Friday, August 7, 2009

[東京都 p5] The Flowers of Edo

"Kaji to kenka wa Edo no hana da"
(Fights and Fires are the Flowers of Edo)

"Sonae areba ureinashi is the Japanese proverb for an ounce of prevention is better than a pound of remedy. During the Edo period several precautions to prevent fires from breaking out and from spreading were introduced and became mandatory laws. Fire brigades were established for each district and watch towers were built. Shop keepers had to keep huge buckets filled with water. The city was separated into blocks of houses surrounded by high wooden walls and gates that were closed at night and guarded by a gate-keeper. New roads were constructed as wide boulevards to prevent fires from spreading from one side of the street to the other ...

A document from 1738 mentions a total number of more than 11,000 fire fighters - in relation to a total population of about one million citizens. In 1850 24,000 hikeshi - as they were called in Japanese - were employed to protect the city of Edo. The main task of the firemen was to isolate a fire by tearing down the neighboring houses.

Among the population of Edo the firemen had a very special reputation, depending to which class a person belonged. On one side they were admired for their bravery. On the other side they were considered as wild red necks, rowdies and drunks. Firemen had a strong group mentality, expressed in manifold ways. One was horimono, Japanese tattoos. It was a way to demonstrate masculinity and solidarity with one's comrades. Body tattoos were widely common among the men of the fire brigades. The hikeshi came from the lower classes and were looked upon by the members of the samurai class and the merchant class. This created peer pressure and the cultivation of rough manners, coarse language and status symbols like the body tattoos."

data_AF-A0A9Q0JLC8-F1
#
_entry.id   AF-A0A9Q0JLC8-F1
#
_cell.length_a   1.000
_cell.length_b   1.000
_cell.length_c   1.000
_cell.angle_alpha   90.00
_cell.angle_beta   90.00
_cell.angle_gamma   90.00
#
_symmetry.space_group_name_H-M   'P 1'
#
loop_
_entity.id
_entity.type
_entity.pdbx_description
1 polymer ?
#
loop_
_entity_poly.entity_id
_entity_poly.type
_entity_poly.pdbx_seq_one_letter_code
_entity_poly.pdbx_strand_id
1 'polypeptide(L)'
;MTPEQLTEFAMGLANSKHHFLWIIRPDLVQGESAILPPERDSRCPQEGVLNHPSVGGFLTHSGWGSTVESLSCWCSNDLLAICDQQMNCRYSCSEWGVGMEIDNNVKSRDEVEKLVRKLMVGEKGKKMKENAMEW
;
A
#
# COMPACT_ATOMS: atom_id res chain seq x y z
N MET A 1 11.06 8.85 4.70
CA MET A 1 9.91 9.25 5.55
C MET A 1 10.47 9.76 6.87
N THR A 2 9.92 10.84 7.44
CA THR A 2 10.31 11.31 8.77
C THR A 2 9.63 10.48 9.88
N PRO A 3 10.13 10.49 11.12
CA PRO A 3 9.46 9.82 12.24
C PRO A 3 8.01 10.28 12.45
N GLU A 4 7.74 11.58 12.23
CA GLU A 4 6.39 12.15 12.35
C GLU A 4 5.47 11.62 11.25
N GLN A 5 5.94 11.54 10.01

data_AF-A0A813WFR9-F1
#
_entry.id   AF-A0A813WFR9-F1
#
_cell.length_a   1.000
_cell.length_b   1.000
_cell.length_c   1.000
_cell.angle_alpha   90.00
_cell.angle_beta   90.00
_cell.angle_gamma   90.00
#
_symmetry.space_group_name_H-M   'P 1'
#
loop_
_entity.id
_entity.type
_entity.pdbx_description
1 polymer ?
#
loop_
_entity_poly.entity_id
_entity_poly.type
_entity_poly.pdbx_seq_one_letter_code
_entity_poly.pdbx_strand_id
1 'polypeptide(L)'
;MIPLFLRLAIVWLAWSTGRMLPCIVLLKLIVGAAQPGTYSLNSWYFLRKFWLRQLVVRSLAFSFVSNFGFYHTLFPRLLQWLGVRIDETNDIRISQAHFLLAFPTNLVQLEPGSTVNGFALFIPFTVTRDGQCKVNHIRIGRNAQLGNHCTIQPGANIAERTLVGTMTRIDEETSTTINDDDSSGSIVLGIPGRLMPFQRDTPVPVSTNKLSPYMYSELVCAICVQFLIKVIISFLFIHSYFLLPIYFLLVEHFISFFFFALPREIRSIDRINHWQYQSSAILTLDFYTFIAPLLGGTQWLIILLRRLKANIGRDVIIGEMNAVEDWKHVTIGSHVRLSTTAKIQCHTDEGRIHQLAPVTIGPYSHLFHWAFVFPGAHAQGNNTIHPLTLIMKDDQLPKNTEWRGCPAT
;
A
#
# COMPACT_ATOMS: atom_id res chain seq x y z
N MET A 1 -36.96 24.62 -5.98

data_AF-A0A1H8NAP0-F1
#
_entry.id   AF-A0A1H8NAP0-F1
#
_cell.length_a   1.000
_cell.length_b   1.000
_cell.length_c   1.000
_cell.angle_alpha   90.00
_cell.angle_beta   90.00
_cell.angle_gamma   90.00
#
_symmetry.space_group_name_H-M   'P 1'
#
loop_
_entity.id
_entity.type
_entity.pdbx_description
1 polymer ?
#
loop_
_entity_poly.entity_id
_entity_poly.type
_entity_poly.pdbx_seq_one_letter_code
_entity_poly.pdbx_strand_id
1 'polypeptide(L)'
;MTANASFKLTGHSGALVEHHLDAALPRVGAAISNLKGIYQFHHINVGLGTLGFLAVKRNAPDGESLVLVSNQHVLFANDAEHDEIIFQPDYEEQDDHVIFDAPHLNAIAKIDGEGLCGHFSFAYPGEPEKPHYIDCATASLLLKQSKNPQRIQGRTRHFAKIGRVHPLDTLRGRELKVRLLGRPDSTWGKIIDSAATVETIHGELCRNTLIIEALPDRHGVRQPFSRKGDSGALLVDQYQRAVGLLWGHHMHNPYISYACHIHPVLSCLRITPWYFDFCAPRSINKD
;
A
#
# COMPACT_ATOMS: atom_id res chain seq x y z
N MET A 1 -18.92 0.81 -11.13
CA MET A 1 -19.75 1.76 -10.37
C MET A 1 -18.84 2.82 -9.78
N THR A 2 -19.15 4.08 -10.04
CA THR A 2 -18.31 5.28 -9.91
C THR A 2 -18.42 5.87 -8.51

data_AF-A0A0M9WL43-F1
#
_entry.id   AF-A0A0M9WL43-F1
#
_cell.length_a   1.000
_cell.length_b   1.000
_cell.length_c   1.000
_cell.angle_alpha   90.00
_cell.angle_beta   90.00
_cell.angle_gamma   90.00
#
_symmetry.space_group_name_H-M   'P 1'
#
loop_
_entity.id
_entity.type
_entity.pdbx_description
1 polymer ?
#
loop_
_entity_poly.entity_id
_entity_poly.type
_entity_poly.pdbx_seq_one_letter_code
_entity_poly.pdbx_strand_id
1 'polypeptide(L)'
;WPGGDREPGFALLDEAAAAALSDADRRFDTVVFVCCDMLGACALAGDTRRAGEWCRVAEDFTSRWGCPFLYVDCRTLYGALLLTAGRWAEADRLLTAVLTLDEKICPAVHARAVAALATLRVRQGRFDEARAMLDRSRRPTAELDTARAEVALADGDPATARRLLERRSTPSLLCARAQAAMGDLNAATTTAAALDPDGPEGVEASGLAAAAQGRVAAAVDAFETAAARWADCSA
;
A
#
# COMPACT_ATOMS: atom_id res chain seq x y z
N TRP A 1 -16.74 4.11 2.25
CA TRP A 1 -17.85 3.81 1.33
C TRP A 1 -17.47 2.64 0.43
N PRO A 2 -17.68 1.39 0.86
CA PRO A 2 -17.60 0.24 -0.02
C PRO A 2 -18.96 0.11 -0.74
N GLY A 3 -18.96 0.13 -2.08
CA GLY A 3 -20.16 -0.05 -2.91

"The fires were so destructive, and so disruptive of established hierarchies and bureaucratic procedures, that they were known as "the flowers of Edo." They were combustible in two senses. These 'flowers' bloomed not only in hear and light, but in large brawls as well, because neighboring gnags of firefighters often clashed over jurisdiction, resources, and post-conflageration disputes about responsibility -- hence the saying "Kaji to kenka wa Edo no hana da" .. and the corresponding association of intermittent disaster and lawlessness."
-- Ozu's Tokyo Story

read the tale of Edo's famous arsonist, Yaoya Oshichi >>

明暦の大火 : Meireki no taika "The Great Fire of Meireki"

The great fire "destroyed 60-70% of the Japanese capital city of Edo (now Tokyo) on March 2, 1657[1], this is the third year of the Meireki Imperial era. It lasted for three days, and is estimated to have claimed over 100,000 lives ...
The fire was said to have been started by a Japanese priest who was cremating an alleged unlucky kimono. The kimono had been owned in succession by three teenage girls who all died before ever being able to wear it."
-- Wikipedia : Great Fire of Meireki

1 comment:

  1. wow thats a big fire.many live slost. so many familes broken. all because of the isolation. stuiped shogun